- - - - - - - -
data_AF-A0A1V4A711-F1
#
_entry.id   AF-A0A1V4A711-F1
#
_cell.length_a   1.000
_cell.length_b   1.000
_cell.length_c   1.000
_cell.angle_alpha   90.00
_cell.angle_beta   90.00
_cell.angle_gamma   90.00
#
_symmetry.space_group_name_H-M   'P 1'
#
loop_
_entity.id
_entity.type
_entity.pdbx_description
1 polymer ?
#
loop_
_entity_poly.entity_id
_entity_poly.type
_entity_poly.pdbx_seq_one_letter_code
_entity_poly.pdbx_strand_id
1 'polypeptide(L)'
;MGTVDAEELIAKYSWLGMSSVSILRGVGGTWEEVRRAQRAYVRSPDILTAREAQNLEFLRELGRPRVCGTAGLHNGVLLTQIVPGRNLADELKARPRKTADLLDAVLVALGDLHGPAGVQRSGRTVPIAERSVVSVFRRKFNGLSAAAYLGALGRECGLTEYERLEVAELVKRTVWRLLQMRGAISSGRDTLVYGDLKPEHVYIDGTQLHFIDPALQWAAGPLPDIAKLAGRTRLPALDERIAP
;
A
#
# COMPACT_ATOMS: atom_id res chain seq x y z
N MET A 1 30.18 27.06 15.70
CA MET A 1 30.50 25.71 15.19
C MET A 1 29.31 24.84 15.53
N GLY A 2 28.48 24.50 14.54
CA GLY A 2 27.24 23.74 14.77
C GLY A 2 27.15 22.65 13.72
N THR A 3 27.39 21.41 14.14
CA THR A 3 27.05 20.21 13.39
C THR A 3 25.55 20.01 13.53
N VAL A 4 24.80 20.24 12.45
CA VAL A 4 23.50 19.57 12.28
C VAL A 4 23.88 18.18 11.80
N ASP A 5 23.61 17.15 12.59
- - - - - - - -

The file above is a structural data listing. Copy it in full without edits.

data_AF-A0A1V4A711-F1
#
_entry.id   AF-A0A1V4A711-F1
#
_cell.length_a   1.000
_cell.length_b   1.000
_cell.length_c   1.000
_cell.angle_alpha   90.00
_cell.angle_beta   90.00
_cell.angle_gamma   90.00
#
_symmetry.space_group_name_H-M   'P 1'
#
loop_
_entity.id
_entity.type
_entity.pdbx_description
1 polymer ?
#
loop_
_entity_poly.entity_id
_entity_poly.type
_entity_poly.pdbx_seq_one_letter_code
_entity_poly.pdbx_strand_id
1 'polypeptide(L)'
;MGTVDAEELIAKYSWLGMSSVSILRGVGGTWEEVRRAQRAYVRSPDILTAREAQNLEFLRELGRPRVCGTAGLHNGVLLTQIVPGRNLADELKARPRKTADLLDAVLVALGDLHGPAGVQRSGRTVPIAERSVVSVFRRKFNGLSAAAYLGALGRECGLTEYERLEVAELVKRTVWRLLQMRGAISSGRDTLVYGDLKPEHVYIDGTQLHFIDPALQWAAGPLPDIAKLAGRTRLPALDERIAP
;
A
#
# COMPACT_ATOMS: atom_id res chain seq x y z
N MET A 1 30.18 27.06 15.70
CA MET A 1 30.50 25.71 15.19
C MET A 1 29.31 24.84 15.53
N GLY A 2 28.48 24.50 14.54
CA GLY A 2 27.24 23.74 14.77
C GLY A 2 27.15 22.65 13.72
N THR A 3 27.39 21.41 14.14
CA THR A 3 27.05 20.21 13.39
C THR A 3 25.55 20.01 13.53
N VAL A 4 24.80 20.24 12.45
CA VAL A 4 23.50 19.57 12.28
C VAL A 4 23.88 18.18 11.80
N ASP A 5 23.61 17.15 12.59